Murine endometrial-derived mesenchymal stem cells suppress experimental autoimmune encephalomyelitis depending on indoleamine-2,3-dioxygenase expression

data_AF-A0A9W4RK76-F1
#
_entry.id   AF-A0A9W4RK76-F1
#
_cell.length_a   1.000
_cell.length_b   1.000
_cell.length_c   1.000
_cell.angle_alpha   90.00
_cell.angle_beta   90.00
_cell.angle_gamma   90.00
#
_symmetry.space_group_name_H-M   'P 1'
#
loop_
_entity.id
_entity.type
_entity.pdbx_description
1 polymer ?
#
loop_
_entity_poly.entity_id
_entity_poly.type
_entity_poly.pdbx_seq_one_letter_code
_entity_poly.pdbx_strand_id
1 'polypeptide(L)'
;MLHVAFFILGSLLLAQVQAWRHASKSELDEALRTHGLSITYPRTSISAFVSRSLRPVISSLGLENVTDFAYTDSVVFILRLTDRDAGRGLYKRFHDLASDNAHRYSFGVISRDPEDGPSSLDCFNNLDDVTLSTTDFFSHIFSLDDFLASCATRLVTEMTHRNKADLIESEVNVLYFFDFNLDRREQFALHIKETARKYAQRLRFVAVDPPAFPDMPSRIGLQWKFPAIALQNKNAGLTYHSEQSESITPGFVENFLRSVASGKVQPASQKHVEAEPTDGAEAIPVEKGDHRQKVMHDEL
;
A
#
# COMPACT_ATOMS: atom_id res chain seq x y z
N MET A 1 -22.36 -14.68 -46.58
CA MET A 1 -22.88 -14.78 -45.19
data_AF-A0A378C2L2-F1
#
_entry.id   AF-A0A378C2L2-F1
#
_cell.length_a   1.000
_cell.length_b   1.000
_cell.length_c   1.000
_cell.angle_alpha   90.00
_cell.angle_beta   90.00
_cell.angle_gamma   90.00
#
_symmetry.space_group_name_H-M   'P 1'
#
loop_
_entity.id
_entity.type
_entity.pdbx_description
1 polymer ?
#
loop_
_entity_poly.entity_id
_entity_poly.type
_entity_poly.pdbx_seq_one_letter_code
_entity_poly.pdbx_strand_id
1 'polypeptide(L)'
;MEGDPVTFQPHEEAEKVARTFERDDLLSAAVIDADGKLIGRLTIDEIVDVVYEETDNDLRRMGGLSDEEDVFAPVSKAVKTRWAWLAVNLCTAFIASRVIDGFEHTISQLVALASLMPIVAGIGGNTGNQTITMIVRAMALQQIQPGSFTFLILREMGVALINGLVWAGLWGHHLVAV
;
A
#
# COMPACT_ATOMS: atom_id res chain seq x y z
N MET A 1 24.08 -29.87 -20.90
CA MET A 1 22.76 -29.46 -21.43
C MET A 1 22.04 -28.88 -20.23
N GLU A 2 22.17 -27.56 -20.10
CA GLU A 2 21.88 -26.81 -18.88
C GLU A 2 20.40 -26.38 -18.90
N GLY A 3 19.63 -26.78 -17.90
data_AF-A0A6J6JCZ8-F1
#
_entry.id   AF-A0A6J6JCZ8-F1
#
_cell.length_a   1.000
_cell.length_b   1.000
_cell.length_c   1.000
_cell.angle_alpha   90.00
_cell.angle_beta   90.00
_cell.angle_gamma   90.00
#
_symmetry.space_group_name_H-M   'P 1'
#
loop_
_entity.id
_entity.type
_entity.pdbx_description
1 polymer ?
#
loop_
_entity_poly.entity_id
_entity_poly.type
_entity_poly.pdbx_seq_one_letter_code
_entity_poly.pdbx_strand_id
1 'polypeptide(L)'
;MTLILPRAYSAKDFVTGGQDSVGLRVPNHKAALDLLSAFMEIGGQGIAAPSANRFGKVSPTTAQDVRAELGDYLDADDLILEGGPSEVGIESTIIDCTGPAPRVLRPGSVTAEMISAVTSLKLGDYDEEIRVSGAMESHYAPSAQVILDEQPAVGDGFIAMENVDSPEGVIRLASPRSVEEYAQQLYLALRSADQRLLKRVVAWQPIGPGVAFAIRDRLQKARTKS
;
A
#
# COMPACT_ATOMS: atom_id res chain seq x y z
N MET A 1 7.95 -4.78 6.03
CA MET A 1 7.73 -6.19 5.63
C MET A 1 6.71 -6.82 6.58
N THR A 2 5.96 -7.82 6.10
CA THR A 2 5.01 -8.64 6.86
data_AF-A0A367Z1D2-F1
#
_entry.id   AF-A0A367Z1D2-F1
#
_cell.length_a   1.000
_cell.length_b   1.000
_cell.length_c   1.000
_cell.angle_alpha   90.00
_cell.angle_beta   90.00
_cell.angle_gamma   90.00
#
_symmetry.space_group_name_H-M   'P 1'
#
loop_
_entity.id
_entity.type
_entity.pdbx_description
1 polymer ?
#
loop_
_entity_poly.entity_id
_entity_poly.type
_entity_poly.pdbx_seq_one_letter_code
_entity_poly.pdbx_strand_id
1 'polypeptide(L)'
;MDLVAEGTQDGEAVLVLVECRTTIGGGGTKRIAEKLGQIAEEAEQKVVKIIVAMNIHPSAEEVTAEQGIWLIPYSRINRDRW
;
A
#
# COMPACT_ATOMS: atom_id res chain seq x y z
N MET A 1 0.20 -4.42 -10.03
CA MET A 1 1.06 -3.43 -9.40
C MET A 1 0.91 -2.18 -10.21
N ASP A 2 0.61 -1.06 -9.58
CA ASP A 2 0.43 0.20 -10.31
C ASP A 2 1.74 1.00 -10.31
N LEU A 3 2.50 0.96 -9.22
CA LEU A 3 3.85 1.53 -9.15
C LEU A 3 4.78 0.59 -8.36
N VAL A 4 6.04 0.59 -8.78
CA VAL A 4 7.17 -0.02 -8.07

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Cellular therapy with mesenchymal stem cells (MSCs) is a huge challenge for scientists, as little translational relevance has been achieved. However, many studies using MSCs have proved their suppressive and regenerative capacity. Thus, there is still a need for a better understanding of MSCs biology and the establishment of newer protocols, or to test unexplored tissue sources. Here, we demonstrate that murine endometrial-derived MSCs (meMSCs) suppress Experimental Autoimmune Encephalomyelitis (EAE). MSC-treated animals had milder disease, with a significant reduction in Th1 and Th17 lymphocytes in the lymph nodes and in the central nervous system (CNS). This was associated with increased Il27 and Cyp1a1 expression, and presence of IL-10-secreting T CD4+ cells. At EAE peak, animals had reduced CNS infiltrating cells, histopathology and demyelination. qPCR analysis evidenced the down-regulation of several pro-inflammatory genes and up-regulation of indoleamine-2,3-dioxygenase (IDO). Consistently, co-culturing of WT and IDO-/- meMSCs with T CD4+ cells evidenced the necessity of IDO on the suppression of encephalitogenic lymphocytes, and IDO-/- meMSCs were not able to suppress EAE. In addition, WT meMSCs stimulated with IL-17A and IFN-γ increased IDO expression and secretion of kynurenines in vitro, indicating a negative feedback loop. Pathogenic cytokines were increased when CD4+ T cells from AhR-/- mice were co-cultured with WT meMSC. In summary, our research evidences the suppressive activity of the unexplored meMSCs population, and shows the mechanism depends on IDO-kynurenines-Aryl hydrocarbon receptor (AhR) axis. To our knowledge this is the first report evidencing that the therapeutic potential of meMSCs relying on IDO expression.